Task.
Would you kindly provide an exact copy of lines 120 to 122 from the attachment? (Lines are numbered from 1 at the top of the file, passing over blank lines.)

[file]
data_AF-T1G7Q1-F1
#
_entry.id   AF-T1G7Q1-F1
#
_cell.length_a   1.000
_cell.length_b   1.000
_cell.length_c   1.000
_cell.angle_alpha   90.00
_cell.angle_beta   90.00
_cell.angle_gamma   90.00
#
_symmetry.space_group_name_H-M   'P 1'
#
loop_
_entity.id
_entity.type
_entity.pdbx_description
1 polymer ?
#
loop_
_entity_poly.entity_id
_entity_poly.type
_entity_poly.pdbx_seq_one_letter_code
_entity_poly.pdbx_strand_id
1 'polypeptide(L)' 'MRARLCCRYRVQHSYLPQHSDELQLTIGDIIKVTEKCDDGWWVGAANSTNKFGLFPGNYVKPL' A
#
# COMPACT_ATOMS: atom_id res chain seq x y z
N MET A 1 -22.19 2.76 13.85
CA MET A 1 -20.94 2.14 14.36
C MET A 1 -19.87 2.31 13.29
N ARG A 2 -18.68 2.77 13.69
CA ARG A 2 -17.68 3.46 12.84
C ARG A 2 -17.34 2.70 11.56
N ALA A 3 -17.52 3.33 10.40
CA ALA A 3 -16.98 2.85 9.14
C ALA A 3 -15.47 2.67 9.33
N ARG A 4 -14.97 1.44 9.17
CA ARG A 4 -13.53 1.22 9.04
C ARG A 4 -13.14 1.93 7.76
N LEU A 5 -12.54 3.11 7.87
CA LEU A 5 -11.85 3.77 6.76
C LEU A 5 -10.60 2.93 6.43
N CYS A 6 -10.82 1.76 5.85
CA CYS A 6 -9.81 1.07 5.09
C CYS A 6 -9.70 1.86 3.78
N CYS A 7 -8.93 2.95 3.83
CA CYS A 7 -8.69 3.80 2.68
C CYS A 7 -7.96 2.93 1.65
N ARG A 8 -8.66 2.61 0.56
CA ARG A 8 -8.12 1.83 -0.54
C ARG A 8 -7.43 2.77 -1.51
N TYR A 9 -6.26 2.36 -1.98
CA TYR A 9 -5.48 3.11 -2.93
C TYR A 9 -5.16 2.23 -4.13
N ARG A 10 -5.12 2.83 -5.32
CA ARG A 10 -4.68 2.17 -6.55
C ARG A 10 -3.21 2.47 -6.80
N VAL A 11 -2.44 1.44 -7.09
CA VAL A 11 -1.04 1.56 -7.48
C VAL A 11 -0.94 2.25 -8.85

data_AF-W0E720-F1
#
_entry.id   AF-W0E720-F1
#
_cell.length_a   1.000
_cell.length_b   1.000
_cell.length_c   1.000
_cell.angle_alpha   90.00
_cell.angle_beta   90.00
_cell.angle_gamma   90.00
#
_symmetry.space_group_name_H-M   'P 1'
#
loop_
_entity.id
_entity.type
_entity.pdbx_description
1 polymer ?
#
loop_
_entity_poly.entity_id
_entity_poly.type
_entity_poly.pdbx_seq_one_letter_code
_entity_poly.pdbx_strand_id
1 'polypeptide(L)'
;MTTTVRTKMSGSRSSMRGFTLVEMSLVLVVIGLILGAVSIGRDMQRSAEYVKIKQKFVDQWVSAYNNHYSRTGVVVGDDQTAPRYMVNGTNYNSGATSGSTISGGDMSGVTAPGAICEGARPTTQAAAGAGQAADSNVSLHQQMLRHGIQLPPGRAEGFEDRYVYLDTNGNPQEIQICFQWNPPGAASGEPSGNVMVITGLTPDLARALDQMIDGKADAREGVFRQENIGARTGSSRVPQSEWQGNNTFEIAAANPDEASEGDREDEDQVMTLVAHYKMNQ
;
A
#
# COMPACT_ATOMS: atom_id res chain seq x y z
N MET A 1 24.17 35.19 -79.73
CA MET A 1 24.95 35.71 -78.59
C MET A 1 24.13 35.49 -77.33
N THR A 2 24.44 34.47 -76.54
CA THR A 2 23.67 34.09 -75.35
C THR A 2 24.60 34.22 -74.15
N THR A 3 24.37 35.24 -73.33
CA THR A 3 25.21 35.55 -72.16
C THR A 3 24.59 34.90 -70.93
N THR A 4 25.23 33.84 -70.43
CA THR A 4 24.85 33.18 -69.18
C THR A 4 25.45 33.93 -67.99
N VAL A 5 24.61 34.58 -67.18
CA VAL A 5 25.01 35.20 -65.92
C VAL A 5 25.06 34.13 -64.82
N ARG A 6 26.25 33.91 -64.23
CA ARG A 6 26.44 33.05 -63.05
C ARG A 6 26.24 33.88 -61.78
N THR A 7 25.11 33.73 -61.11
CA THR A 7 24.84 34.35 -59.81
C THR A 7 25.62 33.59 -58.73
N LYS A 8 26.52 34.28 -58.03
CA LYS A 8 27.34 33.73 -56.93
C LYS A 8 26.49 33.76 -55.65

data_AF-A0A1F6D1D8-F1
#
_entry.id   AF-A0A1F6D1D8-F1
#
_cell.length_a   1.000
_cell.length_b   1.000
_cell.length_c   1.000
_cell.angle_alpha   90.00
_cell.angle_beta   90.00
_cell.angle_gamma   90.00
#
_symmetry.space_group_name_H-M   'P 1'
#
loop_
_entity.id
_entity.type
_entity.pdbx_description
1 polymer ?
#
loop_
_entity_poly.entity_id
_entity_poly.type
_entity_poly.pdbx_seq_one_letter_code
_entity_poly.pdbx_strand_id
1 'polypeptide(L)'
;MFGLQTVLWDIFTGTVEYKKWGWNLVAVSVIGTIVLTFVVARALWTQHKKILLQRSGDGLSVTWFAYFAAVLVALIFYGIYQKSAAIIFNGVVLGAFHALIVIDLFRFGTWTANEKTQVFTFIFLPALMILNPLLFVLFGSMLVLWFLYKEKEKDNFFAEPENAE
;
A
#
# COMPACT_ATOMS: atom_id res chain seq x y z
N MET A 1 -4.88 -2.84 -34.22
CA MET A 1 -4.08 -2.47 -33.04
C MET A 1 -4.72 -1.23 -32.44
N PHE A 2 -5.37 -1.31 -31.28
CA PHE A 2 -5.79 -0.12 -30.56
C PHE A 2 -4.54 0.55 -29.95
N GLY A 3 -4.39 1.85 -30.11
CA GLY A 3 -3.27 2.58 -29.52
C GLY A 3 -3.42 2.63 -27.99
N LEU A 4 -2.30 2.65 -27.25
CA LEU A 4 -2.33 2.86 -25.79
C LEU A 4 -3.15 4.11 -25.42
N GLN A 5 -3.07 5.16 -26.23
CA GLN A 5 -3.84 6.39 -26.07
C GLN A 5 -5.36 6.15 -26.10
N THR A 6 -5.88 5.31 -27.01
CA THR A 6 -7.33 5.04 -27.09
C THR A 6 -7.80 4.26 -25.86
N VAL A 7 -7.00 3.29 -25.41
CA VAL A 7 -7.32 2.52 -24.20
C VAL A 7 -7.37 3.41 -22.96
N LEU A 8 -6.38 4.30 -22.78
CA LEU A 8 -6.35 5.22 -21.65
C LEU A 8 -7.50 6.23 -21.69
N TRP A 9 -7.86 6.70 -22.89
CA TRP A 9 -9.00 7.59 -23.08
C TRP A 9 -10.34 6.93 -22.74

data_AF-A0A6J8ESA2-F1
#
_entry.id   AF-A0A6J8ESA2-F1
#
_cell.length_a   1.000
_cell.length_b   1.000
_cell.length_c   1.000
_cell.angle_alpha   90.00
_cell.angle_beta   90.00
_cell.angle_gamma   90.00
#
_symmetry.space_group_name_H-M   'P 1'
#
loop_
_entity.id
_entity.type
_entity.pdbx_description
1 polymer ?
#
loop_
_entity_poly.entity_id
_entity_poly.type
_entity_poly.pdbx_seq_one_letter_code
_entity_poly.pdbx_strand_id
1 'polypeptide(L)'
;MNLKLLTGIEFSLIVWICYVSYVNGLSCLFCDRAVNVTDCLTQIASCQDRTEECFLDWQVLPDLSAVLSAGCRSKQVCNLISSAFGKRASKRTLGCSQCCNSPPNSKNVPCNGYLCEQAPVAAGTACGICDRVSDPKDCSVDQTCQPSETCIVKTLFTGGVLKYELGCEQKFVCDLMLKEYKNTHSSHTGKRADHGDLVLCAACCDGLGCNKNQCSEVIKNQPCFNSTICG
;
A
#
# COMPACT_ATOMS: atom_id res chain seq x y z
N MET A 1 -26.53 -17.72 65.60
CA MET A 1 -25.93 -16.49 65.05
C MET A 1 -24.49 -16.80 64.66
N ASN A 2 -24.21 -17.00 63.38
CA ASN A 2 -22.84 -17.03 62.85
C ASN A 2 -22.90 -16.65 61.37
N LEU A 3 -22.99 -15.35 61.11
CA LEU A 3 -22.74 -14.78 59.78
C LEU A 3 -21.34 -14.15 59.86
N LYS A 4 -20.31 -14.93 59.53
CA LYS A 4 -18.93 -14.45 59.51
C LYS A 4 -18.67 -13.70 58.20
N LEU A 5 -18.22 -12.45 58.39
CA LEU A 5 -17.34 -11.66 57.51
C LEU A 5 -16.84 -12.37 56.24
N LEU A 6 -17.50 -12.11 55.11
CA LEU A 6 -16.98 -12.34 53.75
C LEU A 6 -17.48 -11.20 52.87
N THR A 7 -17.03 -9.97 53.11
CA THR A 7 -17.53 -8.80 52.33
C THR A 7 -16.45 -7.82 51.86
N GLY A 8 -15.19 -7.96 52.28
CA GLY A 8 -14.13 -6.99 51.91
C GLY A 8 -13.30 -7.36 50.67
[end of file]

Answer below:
_cell.length_b   1.000
_cell.length_c   1.000
_cell.angle_alpha   90.00